“Think and Work Holistically”, one of the Guiding Principles (GP) of ITIL® 4 established to guide organizations in all circumstances, is one of the core messages of ITIL and service management in general. When compared to other GP, however, its meaning is far from self-evident. Sure, most of us know that like any other GP, it applies to all organizations’ initiatives and all stakeholder relationships supporting a sharing and collaborative culture. But why is it important and what can actually be done in order to see it followed? These muddy waters will be made clearer by the end of this article.
Let’s establish for starters that no work is done in isolation. Likewise, no service, practice, process, department, or supplier can stand alone. To produce the required outcome internally as well as to the customer and external stakeholders, the various activities of an organization need to focus on the delivery of value as a whole.
There are four key actions organizations should take to work in an integrated way in the context of service management:
- Establish an understanding of how the different parts of an organization work together;
- Develop end-to-end visibility of how demand is captured and translated into outcomes;
- Identify and analyze the impact of making changes to an element of the system on others, and creating a plan accordingly;
- Use the four dimensions of service management.
This may seem like a daunting task at first. Thankfully, there are three questions you can ask yourself that can greatly contribute to seeing that these principles are applied:
- Have you identified the complexity of the system?
- Are you collaborating to facilitate thinking and working holistically?
- Have you identified the patterns in the given requirements and interactions between system elements?
If the answer to these questions is “yes”, you should be able to describe each in a couple of sentences. If the answer is “no”, list the actions required from your organization’s side to make sure advancements will be made.
Being able to provide a clear answer to these questions demonstrates having the knowledge required to sustain a holistic view of organizations. This is, of course, essential to enable foreseeing the unexpected requirements and set the standards. Are you not sure where to start?
Valuable Considerations to Have in Mind to Think Holistically
- Recognize the complexity of the systems. Different levels of complexity require different levels of decision making. You cannot use the methods and rules of a simple system in a complex system containing complicated components changing more frequently. This leads to ineffective decision making and that’s exactly why identifying the complexity level of the system is essential. There are, for example, very hierarchical organizational structures requiring significantly bigger efforts than most to get approvals. If adding to this, there is an environment where trust is not taken for granted, we’ve got ourselves a complex system indeed.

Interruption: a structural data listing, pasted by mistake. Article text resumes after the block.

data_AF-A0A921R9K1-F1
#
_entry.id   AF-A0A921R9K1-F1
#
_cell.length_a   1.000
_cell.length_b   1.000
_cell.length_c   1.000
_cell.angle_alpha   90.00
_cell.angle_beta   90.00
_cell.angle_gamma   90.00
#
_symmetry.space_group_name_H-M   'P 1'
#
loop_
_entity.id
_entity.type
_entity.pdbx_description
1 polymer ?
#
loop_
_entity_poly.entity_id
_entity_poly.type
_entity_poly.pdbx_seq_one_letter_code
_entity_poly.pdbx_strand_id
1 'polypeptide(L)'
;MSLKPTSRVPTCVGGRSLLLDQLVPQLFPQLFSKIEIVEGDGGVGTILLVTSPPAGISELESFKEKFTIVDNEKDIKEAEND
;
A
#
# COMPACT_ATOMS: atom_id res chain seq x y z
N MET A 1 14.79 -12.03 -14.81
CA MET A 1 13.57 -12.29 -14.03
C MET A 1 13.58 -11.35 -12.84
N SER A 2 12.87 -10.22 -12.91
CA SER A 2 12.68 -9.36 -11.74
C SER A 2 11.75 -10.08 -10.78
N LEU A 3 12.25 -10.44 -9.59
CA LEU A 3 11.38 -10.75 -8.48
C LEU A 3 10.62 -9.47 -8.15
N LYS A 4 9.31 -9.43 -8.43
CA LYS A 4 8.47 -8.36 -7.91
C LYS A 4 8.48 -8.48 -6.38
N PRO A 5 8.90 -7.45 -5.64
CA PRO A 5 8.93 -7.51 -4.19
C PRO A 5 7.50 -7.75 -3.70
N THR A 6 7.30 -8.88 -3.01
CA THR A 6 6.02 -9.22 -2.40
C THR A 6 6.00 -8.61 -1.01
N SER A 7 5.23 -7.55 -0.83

- Collaborate, collaborate and collaborate. Using the appropriate mechanisms that enable everyone to collaborate in a timely manner is essential to thinking and working holistically. Doing so successfully provides a holistic view that enables organizations to identify and address any issues without any delay.
- Look for patterns in the needs of and interactions between system elements where possible. To do so, start by asking what is essential in each area to succeed and which relationships among elements can influence the outcomes. Doing the right things rather than doing things right is the focus here. Value streams may very well prove to be indispensable tools in this process.
- Acknowledge the potential of automation to facilitate working holistically. Organizations should focus on automation wherever possible provided there’s sufficient availability of resources. Automation supports end-to-end visibility and provides an efficient means of integrated management. It should never be seen, however, as a solution. It is a holistic strategy.
Ultimately, working as a separate entity never helps service, practice, process, department, or supplier produce the required outcome. That’s why the importance of thinking holistically can never be emphasized enough. Ask yourself the right questions, make the right considerations, think holistically and remain focused on creating value. May this article be a small step in that direction.
About the author
As an IT Service Management trainer, consultant and line manager with over 25 years of experience in IT, Marcel has performed strategic and tactical assignments in a wide variety of areas. For the ITIL 4 update, Marcel has been part of the ITIL 4 Lead Architect Team and Review Team at AXELOS. Through his association with AXELOS, Marcel comprehends the background, the architecture, and the underlying reasons of the ITIL 4 update.
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